On Book Briefs this week, First Lady Laura Bush will help host a national literary festival, a Presidential biography leads U.S. best seller lists, and a publisher of world classics celebrates its hundredth anniversary.
Nearly 50 American writers and illustrators will gather in Washington, D.C. September 8 for the first National Book Festival. U.S. First Lady Laura Bush is joining the Library of Congress in hosting the festival. The participants will include historian Stephen Ambrose, mystery novelist Sue Grafton, and Walter Dean Myers, best known for his stories for young people. According to the Washington Post, the festival will be patterned after similar events Laura Bush organized in Texas while her husband was state governor.
Also participating in the National Book Festival will be David McCullough, whose biography of America's second President, "John Adams," is currently a best seller in the United States. The Pulitzer Prize winning historian originally intended to write a book about John Adams and Thomas Jefferson, America's third President. But he became especially intrigued by Adams. "Once I got into his life and read what he had written," Mr.McCullough says, "the letters, the diaries-I realized that was the story I wanted to tell."
David McCullough portrays John Adams as a man of great moral courage. During the colonial conflicts with Britain that led up to the Revolutionary War, Adams risked his reputation by providing legal defense for unpopular British soldiers. He was also a major force behind the writing of the Declaration of Independence. His wife Abigail was a person of strong convictions in her own right. She was especially outspoken in her opposition to slavery. "She could have held her own and often did hold her own with the most brilliant people of her time," Mr. McCullough says. "And yet she never went to school. And she was such a principled person. John Adams was the only founding father who never owned a slave, as a matter of principle."
True to the original plan for his book, David McCullough also writes extensively about John Adams' relationship with Thomas Jefferson. The two Founding Fathers shared a love of books and ideas, but disagreed in many other ways. Both died on July 4, 1826, the 50th anniversary of the Declaration of Independence. Had he been writing a novel, says David McCullough, such an ending would have seemed too unlikely to be plausible.
And finally, Oxford World's Classics celebrates its 100th anniversary this year. The series began in 1901 with the publication of Charlotte Bronte's novel "Jane Eyre." Since then it has published a range of authors spanning world history from the Greek philosopher Aristotle to a growing number of 20th century writers. University College, London professor John Sutherland says the classics are enjoying a new wave of popularity. He believes that's partly because of the growing number of people retiring in both Britain and the United States. "As a result, you've got people who find themselves with good pensions, with time, and a lot of them I think are getting around to coming to grips with 'War and Peace' and the other great works they always promised themselves they would read," Mr. Sutherland says. "Also what's happened is that, following the paperback revolution of the 1960s, you have about 4 or 5 choices of 'Jane Eyre,' 'Wuthering Heights,' 'Don Quixote'-every work one could think of is there in very attractive editions, all of them budget priced."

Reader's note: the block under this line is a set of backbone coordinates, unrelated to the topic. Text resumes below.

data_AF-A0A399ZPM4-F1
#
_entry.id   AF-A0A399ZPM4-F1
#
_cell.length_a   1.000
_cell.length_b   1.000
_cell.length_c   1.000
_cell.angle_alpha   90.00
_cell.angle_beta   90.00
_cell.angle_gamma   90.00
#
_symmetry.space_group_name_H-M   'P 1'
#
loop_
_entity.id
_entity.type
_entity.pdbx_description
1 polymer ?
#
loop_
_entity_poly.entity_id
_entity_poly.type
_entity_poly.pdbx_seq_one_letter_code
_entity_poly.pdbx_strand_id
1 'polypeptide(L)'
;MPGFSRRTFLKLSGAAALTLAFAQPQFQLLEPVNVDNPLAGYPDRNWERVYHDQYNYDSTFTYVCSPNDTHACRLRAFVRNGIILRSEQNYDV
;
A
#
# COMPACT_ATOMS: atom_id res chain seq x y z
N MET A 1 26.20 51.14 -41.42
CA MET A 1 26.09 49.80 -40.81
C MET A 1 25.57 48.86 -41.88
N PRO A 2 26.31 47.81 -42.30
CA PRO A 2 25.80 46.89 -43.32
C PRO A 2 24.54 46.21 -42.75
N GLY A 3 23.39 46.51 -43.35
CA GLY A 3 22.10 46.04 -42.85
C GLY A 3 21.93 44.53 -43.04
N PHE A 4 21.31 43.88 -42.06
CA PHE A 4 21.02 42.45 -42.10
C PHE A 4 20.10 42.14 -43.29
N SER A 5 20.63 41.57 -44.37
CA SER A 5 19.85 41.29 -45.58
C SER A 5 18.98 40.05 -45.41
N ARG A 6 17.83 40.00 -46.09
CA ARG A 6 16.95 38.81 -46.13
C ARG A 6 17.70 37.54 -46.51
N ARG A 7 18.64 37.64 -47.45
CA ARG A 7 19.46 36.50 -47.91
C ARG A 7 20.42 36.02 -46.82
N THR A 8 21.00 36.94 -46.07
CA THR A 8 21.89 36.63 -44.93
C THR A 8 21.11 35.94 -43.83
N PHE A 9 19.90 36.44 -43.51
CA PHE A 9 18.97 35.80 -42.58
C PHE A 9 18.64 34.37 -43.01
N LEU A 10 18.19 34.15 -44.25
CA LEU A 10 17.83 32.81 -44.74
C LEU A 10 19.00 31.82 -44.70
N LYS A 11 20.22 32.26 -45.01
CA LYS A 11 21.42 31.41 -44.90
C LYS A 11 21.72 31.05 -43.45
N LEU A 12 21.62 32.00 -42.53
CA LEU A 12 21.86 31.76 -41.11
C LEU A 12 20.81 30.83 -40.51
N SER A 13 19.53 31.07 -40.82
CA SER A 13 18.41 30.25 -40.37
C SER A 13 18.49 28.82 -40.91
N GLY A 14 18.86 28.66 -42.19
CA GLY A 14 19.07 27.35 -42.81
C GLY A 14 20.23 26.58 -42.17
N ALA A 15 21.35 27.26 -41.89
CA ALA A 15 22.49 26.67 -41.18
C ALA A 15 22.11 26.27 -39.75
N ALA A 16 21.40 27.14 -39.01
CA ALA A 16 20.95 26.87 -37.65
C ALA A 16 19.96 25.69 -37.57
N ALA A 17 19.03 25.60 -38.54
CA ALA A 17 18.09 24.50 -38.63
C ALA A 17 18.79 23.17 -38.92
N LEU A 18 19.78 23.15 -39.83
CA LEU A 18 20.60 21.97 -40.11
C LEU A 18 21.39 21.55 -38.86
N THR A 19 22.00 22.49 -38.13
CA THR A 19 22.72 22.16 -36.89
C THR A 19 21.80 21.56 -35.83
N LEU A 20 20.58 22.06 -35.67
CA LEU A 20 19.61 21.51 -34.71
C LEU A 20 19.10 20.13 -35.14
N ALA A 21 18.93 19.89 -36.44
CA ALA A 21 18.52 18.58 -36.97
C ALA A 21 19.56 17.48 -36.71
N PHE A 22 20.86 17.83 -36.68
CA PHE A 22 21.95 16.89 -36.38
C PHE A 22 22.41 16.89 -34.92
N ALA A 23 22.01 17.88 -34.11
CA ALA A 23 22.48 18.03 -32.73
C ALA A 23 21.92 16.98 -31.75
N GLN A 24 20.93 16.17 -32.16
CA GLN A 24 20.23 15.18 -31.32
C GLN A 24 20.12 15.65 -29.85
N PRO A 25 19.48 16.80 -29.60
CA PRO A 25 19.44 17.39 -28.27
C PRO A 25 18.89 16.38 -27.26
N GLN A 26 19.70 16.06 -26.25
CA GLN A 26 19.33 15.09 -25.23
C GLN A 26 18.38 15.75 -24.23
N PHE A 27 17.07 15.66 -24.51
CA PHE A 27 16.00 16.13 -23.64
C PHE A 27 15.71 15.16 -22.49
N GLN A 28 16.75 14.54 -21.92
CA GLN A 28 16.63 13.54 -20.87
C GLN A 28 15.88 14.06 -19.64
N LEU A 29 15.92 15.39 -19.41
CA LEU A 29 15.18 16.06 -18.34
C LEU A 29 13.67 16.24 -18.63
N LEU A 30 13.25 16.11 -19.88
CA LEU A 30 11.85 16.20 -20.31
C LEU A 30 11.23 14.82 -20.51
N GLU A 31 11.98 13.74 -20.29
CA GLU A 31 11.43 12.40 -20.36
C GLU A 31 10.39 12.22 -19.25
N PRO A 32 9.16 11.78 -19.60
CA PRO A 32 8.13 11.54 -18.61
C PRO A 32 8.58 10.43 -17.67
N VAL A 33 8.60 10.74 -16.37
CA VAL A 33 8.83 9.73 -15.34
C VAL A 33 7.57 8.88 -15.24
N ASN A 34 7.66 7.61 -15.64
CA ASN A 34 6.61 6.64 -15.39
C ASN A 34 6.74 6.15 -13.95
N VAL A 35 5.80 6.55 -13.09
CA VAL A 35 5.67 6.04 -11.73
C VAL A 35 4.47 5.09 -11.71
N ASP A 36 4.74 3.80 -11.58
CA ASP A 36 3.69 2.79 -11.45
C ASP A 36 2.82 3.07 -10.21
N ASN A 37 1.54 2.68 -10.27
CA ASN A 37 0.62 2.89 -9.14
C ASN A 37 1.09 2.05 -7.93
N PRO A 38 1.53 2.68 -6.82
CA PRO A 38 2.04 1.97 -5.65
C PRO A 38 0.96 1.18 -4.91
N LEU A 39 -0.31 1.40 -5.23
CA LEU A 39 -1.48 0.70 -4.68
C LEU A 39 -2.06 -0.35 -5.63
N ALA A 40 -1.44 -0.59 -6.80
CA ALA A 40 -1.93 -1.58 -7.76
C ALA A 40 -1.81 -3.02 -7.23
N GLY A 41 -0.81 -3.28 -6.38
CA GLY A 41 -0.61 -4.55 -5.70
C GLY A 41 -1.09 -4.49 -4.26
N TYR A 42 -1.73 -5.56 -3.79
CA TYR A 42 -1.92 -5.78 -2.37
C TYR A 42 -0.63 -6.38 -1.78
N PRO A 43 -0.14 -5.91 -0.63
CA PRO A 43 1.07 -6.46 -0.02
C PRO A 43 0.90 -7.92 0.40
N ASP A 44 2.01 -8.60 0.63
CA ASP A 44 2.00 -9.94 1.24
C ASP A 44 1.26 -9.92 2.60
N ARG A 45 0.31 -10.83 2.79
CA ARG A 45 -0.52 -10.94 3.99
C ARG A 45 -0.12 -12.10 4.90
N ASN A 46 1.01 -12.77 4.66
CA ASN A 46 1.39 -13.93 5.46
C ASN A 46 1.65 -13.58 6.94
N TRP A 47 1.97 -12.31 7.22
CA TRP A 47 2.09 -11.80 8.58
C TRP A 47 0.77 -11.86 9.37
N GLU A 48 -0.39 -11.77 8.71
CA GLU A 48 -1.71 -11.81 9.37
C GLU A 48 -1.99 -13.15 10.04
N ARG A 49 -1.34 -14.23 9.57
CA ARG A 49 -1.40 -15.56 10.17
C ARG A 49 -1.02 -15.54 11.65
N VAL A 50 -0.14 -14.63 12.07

John Sutherland says interest has been further sparked by film and television adaptations of works by Jane Austen and other writers. As for the most popular classics, he believes some come in and out of fashion, like the stories of British author H.G. Wells. Other writers, like Shakespeare, always find an admiring audience. "Shakespeare means different things to every generation, but no generation understands Shakespeare any better than any other generation," Mr. Sutherland says. "It's almost as though he can adapt to any kind of historical period in which he finds himself. And so too with other great writers. I expect the same will be true of Nobel prize winning novelist Toni Morrison. People will read 'Beloved' in 400 years time, and to some extent it will be as meaningful a book then as it was in the 1980s."
To emphasize the enduring relevance of such literary works, Oxford World's Classics has traditionally included introductions by contemporary authors. Recent contributors include American suspense novelist Jeffrey Deaver, who introduces a new edition of Mary Shelley's "Frankenstein." As part of its centennial celebration, Oxford World's Classics is also offering online reading groups, monthly contests and information on classics featured in movies.